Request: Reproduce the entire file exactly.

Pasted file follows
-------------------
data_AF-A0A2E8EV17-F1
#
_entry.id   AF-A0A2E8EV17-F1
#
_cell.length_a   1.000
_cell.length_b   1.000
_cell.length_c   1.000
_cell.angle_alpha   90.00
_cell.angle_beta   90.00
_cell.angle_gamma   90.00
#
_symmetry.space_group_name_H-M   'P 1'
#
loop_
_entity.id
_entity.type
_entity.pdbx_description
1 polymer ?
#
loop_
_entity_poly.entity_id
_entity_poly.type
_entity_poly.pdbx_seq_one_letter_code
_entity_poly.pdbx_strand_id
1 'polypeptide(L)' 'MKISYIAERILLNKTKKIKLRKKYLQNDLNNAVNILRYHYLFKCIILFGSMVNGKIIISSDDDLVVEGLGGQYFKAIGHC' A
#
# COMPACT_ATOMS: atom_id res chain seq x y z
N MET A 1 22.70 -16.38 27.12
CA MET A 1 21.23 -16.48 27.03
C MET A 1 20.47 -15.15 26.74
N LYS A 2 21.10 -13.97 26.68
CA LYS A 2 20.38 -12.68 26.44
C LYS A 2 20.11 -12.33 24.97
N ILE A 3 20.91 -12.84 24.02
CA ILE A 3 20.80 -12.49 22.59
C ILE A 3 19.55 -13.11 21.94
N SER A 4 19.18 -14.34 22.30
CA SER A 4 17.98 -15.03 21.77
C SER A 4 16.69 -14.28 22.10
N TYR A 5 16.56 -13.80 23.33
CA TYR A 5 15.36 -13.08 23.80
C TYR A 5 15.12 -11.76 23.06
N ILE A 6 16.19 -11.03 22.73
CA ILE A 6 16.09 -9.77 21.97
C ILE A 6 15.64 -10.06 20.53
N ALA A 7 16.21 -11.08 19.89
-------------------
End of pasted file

data_AF-A0A2E8EV17-F1
#
_entry.id   AF-A0A2E8EV17-F1
#
_cell.length_a   1.000
_cell.length_b   1.000
_cell.length_c   1.000
_cell.angle_alpha   90.00
_cell.angle_beta   90.00
_cell.angle_gamma   90.00
#
_symmetry.space_group_name_H-M   'P 1'
#
loop_
_entity.id
_entity.type
_entity.pdbx_description
1 polymer ?
#
loop_
_entity_poly.entity_id
_entity_poly.type
_entity_poly.pdbx_seq_one_letter_code
_entity_poly.pdbx_strand_id
1 'polypeptide(L)' 'MKISYIAERILLNKTKKIKLRKKYLQNDLNNAVNILRYHYLFKCIILFGSMVNGKIIISSDDDLVVEGLGGQYFKAIGHC' A
#
# COMPACT_ATOMS: atom_id res chain seq x y z
N MET A 1 22.70 -16.38 27.12
CA MET A 1 21.23 -16.48 27.03
C MET A 1 20.47 -15.15 26.74
N LYS A 2 21.10 -13.97 26.68
CA LYS A 2 20.38 -12.68 26.44
C LYS A 2 20.11 -12.33 24.97
N ILE A 3 20.91 -12.84 24.02
CA ILE A 3 20.80 -12.49 22.59
C ILE A 3 19.55 -13.11 21.94
N SER A 4 19.18 -14.34 22.30
CA SER A 4 17.98 -15.03 21.77
C SER A 4 16.69 -14.28 22.10
N TYR A 5 16.56 -13.80 23.33
CA TYR A 5 15.36 -13.08 23.80
C TYR A 5 15.12 -11.76 23.06
N ILE A 6 16.19 -11.03 22.73
CA ILE A 6 16.09 -9.77 21.97
C ILE A 6 15.64 -10.06 20.53
N ALA A 7 16.21 -11.08 19.89